It seems to be an awfully inconvenient beverage though. People carry round big leather cases, like a high-power-binoculars case, which will contain a thermos flask of hot water alongside a jar of herb and a rounded cup with a metal straw; all so that they can have a mate on the go. You fill the cup with the herb, which is similar to tea leaves, top it up with the hot water, leave to stew for a few minutes and then suck the infusion through the straw. You keep topping it up with hot water (because you can’t get that much into the cup with all that herb in there!) and drinking until you’ve had enough.
A friendly local demonstrated for us in the restaurant after the smirking waiter had delivered the paraphernalia and left us to it. It may be that he just happened to like his mate strong, but I found the taste to be too powerful to enjoy and very quickly gave up on it. I suspect I may enjoy a weaker brew more but, frankly, it seems just too time-consuming for me to want to acquire the taste for it!
The other local specialities we ordered turned out to be simpler and more enjoyable. We lunched on Humita, a surprisingly tasty corn mush, topped with cheese, and Locro, a bean and meat stew.
Also while we were there, it seemed to be a time to remember the desaparecidos of the military junta’s dirty war. On the second morning, the square in front of the cathedral was filled with a variety of abandoned red boots and shoes. While we were on the city tour, the central square, Plaza San Martín was decked with bunting, where each flag was the photograph of someone who had disappeared. Hundreds of men and women in the prime of their lives, gone. It was a sobering reminder of what governments can do to their own people.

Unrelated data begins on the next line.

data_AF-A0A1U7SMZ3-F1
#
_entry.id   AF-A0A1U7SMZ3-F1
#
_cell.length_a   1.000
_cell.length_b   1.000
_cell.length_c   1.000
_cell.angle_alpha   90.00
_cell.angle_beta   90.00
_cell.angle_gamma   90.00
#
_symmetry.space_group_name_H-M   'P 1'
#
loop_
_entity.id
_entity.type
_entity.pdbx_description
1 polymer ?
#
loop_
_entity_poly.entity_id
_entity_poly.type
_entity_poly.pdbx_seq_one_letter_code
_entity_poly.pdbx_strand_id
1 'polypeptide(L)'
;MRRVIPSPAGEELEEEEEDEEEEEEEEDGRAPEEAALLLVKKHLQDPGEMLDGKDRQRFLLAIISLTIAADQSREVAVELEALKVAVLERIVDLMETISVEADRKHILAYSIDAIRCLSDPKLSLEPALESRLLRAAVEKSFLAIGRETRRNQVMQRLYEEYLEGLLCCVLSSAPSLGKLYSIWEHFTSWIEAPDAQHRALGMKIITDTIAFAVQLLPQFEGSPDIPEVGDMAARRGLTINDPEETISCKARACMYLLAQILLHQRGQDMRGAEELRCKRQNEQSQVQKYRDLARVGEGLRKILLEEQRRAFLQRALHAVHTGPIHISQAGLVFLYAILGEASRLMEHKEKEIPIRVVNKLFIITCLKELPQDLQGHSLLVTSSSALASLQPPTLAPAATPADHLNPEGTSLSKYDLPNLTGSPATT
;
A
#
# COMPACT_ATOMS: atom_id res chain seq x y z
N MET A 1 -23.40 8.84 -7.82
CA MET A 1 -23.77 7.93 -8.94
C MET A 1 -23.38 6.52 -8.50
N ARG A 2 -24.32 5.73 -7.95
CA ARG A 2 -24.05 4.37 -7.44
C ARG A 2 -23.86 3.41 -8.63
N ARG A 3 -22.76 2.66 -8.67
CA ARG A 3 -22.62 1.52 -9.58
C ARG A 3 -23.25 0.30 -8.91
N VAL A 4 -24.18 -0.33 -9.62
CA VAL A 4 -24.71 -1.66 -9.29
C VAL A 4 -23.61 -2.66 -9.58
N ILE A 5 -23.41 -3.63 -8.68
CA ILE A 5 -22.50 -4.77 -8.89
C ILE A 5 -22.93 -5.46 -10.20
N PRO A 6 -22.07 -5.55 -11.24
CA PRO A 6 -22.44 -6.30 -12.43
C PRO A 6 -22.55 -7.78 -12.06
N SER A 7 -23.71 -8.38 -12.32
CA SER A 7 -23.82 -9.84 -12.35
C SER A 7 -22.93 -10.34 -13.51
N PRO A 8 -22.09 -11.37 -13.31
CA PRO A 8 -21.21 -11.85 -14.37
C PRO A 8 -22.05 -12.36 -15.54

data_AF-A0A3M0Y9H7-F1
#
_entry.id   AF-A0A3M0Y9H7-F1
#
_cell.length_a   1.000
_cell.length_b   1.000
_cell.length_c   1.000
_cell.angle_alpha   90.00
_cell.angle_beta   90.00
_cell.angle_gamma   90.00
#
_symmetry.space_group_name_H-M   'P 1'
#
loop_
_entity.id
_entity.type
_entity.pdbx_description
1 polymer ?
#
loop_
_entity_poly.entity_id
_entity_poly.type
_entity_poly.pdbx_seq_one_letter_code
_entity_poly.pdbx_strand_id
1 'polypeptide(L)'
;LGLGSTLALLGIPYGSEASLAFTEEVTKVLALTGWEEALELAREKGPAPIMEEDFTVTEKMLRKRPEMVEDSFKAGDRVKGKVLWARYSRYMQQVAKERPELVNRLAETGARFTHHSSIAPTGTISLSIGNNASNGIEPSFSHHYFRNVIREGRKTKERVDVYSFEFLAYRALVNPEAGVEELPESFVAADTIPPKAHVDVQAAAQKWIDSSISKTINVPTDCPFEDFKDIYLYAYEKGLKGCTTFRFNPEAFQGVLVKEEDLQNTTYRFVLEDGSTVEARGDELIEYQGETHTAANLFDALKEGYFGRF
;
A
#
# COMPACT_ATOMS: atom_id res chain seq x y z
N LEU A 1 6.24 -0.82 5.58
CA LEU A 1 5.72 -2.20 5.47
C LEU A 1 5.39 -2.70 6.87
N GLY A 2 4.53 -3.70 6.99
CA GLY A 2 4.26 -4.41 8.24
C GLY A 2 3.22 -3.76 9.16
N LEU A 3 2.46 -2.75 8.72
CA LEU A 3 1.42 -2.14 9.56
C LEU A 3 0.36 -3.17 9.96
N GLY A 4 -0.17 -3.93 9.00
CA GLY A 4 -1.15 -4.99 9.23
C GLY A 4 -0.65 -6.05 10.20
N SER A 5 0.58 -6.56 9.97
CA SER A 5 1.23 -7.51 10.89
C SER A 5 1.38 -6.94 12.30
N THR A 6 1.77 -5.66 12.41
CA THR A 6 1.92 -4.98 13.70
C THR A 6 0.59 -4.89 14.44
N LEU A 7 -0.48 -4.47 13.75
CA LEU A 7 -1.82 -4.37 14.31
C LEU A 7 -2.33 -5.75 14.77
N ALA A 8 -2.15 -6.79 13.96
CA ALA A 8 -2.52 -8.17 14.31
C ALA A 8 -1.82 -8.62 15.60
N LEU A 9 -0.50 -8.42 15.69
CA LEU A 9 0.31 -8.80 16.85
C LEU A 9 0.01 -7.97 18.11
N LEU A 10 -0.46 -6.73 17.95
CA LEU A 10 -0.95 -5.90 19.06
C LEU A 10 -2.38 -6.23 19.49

The next day we spent a pleasant few hours wandering through the extensive Parque Sarmiento to the southeast of the city centre. The have a lovely public pool, a skateboard park, outdoor theatre, boating lake and lots of green space to explore. We lunched out of one of the streetfood vendors nearby, finding a shady spot on the Enchanted Isle (in the middle of an artificial lake,) to eat and listen to the latest Revolutions Podcast about the Latin American wars of independence.